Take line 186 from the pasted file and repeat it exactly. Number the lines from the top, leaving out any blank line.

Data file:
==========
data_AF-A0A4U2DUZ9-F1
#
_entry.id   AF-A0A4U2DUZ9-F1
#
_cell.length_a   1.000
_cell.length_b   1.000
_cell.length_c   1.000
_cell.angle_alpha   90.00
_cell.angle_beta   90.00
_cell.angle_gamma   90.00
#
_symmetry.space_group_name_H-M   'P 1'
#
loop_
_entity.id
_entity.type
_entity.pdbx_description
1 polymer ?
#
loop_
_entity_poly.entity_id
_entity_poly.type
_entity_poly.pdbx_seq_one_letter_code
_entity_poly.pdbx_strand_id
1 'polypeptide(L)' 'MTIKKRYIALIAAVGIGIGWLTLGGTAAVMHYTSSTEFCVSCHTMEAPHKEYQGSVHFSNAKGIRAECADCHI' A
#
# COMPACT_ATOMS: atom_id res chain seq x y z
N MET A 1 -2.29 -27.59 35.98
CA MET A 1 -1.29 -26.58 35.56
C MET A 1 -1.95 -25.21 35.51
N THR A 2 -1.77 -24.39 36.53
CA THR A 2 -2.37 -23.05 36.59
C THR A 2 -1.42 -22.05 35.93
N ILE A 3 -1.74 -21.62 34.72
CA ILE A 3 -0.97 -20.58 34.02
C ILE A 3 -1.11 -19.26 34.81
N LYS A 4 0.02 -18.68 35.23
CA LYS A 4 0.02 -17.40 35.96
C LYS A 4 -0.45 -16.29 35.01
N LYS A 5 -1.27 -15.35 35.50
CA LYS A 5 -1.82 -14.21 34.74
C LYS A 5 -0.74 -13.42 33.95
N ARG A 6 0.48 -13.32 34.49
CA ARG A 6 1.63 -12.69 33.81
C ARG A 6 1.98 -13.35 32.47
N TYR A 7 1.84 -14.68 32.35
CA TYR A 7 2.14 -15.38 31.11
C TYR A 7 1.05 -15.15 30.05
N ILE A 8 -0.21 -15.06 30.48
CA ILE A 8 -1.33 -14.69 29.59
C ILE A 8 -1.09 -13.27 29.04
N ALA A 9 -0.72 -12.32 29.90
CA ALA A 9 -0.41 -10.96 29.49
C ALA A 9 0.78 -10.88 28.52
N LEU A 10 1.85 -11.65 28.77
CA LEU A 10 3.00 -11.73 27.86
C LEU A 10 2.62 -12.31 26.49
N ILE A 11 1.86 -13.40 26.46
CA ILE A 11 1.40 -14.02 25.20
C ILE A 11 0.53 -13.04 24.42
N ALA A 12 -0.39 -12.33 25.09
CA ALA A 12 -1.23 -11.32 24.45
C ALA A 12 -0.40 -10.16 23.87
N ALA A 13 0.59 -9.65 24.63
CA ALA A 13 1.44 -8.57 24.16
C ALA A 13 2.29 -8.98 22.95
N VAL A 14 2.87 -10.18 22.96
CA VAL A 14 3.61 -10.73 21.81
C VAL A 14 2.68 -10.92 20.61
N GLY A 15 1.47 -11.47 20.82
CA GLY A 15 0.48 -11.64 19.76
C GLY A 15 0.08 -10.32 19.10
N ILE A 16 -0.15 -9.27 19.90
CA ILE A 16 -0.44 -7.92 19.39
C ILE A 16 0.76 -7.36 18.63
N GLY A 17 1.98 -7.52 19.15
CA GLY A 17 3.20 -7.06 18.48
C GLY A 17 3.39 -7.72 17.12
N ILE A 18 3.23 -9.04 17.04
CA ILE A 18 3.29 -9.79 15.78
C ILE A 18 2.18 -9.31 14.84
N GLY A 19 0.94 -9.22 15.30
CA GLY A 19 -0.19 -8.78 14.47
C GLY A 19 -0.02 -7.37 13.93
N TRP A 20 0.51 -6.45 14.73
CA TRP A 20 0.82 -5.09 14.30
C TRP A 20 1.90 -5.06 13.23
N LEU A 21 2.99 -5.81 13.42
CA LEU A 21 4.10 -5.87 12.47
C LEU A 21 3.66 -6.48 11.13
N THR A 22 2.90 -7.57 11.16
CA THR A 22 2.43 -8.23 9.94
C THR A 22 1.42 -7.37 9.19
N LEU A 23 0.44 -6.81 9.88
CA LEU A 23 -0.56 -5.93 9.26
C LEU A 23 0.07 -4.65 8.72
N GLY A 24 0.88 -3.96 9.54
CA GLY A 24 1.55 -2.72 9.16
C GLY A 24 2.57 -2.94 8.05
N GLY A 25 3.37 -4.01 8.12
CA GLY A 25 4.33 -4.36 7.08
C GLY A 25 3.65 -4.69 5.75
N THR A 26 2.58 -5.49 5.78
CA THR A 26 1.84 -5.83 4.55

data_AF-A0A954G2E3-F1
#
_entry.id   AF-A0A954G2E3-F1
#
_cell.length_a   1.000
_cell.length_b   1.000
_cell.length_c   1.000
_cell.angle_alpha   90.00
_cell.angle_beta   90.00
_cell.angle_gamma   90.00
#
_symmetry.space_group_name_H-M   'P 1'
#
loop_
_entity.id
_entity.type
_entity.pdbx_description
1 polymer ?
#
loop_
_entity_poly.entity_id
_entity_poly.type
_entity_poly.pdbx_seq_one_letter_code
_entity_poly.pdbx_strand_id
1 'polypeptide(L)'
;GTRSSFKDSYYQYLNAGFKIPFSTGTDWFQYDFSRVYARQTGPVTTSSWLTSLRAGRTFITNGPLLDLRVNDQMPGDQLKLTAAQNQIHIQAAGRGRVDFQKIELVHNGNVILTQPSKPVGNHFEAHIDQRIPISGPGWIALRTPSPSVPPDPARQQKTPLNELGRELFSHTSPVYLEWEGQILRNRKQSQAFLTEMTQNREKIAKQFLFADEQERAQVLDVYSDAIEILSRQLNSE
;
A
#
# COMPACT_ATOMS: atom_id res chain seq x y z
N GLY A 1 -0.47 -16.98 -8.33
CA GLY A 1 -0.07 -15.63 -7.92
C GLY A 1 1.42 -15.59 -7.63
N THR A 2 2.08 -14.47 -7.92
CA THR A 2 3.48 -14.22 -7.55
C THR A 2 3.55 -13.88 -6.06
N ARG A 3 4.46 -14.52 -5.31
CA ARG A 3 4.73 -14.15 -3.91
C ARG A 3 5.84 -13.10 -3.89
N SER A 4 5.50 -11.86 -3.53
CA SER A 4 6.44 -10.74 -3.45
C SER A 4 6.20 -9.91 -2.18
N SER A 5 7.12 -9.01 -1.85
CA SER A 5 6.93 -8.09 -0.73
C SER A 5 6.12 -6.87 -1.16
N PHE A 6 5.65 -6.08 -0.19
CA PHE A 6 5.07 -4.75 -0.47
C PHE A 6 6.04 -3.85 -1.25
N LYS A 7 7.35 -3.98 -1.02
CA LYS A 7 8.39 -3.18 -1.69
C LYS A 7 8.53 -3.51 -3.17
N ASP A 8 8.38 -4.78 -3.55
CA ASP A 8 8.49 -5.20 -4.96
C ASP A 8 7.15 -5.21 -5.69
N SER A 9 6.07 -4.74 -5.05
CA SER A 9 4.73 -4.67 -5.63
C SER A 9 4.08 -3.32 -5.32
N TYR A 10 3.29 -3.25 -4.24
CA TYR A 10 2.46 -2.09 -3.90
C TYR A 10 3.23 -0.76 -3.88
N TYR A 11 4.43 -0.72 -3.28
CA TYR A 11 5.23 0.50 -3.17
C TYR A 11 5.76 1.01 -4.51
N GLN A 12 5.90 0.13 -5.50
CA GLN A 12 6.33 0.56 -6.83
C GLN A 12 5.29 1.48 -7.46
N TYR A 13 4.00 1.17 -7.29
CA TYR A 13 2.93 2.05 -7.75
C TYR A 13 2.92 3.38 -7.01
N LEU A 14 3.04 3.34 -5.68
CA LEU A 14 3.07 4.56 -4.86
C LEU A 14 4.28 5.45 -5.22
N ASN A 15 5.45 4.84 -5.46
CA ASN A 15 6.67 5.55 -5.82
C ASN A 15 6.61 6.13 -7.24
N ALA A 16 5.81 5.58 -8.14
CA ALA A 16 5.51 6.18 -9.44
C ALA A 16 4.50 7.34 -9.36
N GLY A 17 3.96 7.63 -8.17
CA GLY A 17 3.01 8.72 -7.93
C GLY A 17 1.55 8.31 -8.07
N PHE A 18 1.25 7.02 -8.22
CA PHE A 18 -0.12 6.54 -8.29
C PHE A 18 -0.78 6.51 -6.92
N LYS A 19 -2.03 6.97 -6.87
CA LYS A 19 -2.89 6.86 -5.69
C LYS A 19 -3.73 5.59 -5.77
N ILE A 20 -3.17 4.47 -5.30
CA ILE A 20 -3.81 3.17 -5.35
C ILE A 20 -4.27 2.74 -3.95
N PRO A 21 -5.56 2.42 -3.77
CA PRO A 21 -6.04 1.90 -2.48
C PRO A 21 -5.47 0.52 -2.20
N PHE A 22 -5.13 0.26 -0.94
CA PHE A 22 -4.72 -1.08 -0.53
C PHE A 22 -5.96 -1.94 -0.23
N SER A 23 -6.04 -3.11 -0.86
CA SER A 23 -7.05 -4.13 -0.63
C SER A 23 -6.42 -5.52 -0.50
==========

N PHE A 18 1.25 7.02 -8.22